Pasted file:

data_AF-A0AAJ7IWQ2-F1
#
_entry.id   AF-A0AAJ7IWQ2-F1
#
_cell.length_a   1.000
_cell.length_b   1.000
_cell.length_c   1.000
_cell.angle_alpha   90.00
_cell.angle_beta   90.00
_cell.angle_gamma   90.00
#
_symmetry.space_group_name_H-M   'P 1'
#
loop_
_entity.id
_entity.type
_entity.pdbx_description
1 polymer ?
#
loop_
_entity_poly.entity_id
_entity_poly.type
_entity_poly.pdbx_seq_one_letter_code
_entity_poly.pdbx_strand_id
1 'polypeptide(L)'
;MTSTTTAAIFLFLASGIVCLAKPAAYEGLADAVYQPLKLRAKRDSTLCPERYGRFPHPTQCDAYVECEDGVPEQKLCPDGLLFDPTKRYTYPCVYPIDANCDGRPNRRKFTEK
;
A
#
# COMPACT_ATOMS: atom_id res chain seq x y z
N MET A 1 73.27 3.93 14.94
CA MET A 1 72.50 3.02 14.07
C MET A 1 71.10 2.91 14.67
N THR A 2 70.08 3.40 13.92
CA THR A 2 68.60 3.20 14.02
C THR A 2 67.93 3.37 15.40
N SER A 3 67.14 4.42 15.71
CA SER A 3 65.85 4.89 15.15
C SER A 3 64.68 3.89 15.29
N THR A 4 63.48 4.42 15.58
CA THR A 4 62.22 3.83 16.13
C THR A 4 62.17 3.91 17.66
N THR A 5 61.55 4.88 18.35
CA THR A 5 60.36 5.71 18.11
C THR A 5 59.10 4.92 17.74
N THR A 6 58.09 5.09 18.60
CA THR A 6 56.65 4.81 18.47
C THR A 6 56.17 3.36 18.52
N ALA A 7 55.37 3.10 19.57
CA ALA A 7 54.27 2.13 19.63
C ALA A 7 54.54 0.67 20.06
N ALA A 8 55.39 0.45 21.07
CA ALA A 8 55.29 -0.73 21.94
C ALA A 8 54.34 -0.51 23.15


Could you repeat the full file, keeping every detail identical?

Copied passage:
data_AF-A0AAJ7IWQ2-F1
#
_entry.id   AF-A0AAJ7IWQ2-F1
#
_cell.length_a   1.000
_cell.length_b   1.000
_cell.length_c   1.000
_cell.angle_alpha   90.00
_cell.angle_beta   90.00
_cell.angle_gamma   90.00
#
_symmetry.space_group_name_H-M   'P 1'
#
loop_
_entity.id
_entity.type
_entity.pdbx_description
1 polymer ?
#
loop_
_entity_poly.entity_id
_entity_poly.type
_entity_poly.pdbx_seq_one_letter_code
_entity_poly.pdbx_strand_id
1 'polypeptide(L)'
;MTSTTTAAIFLFLASGIVCLAKPAAYEGLADAVYQPLKLRAKRDSTLCPERYGRFPHPTQCDAYVECEDGVPEQKLCPDGLLFDPTKRYTYPCVYPIDANCDGRPNRRKFTEK
;
A
#
# COMPACT_ATOMS: atom_id res chain seq x y z
N MET A 1 73.27 3.93 14.94
CA MET A 1 72.50 3.02 14.07
C MET A 1 71.10 2.91 14.67
N THR A 2 70.08 3.40 13.92
CA THR A 2 68.60 3.20 14.02
C THR A 2 67.93 3.37 15.40
N SER A 3 67.14 4.42 15.71
CA SER A 3 65.85 4.89 15.15
C SER A 3 64.68 3.89 15.29
N THR A 4 63.48 4.42 15.58
CA THR A 4 62.22 3.83 16.13
C THR A 4 62.17 3.91 17.66
N THR A 5 61.55 4.88 18.35
CA THR A 5 60.36 5.71 18.11
C THR A 5 59.10 4.92 17.74
N THR A 6 58.09 5.09 18.60
CA THR A 6 56.65 4.81 18.47
C THR A 6 56.17 3.36 18.52
N ALA A 7 55.37 3.10 19.57
CA ALA A 7 54.27 2.13 19.63
C ALA A 7 54.54 0.67 20.06
N ALA A 8 55.39 0.45 21.07
CA ALA A 8 55.29 -0.73 21.94
C ALA A 8 54.34 -0.51 23.15